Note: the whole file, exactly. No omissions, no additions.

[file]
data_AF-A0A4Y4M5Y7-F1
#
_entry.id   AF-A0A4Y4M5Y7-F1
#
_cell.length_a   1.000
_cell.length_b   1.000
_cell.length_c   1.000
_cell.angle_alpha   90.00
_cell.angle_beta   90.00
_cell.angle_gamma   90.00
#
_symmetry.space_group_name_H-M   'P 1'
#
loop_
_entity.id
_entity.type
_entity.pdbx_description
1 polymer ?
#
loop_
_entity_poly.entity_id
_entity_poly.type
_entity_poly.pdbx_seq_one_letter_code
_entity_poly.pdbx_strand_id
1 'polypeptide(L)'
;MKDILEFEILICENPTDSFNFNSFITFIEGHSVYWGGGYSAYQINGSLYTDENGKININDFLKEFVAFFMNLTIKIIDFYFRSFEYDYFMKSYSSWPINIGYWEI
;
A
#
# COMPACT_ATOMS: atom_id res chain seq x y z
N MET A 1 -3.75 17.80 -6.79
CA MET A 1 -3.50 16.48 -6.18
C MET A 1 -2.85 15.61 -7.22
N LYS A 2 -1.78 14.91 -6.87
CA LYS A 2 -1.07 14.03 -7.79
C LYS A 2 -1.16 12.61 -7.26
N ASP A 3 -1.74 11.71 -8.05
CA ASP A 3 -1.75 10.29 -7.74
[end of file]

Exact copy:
data_AF-A0A4Y4M5Y7-F1
#
_entry.id   AF-A0A4Y4M5Y7-F1
#
_cell.length_a   1.000
_cell.length_b   1.000
_cell.length_c   1.000
_cell.angle_alpha   90.00
_cell.angle_beta   90.00
_cell.angle_gamma   90.00
#
_symmetry.space_group_name_H-M   'P 1'
#
loop_
_entity.id
_entity.type
_entity.pdbx_description
1 polymer ?
#
loop_
_entity_poly.entity_id
_entity_poly.type
_entity_poly.pdbx_seq_one_letter_code
_entity_poly.pdbx_strand_id
1 'polypeptide(L)'
;MKDILEFEILICENPTDSFNFNSFITFIEGHSVYWGGGYSAYQINGSLYTDENGKININDFLKEFVAFFMNLTIKIIDFYFRSFEYDYFMKSYSSWPINIGYWEI
;
A
#
# COMPACT_ATOMS: atom_id res chain seq x y z
N MET A 1 -3.75 17.80 -6.79
CA MET A 1 -3.50 16.48 -6.18
C MET A 1 -2.85 15.61 -7.22
N LYS A 2 -1.78 14.91 -6.87
CA LYS A 2 -1.07 14.03 -7.79
C LYS A 2 -1.16 12.61 -7.26
N ASP A 3 -1.74 11.71 -8.05
CA ASP A 3 -1.75 10.29 -7.74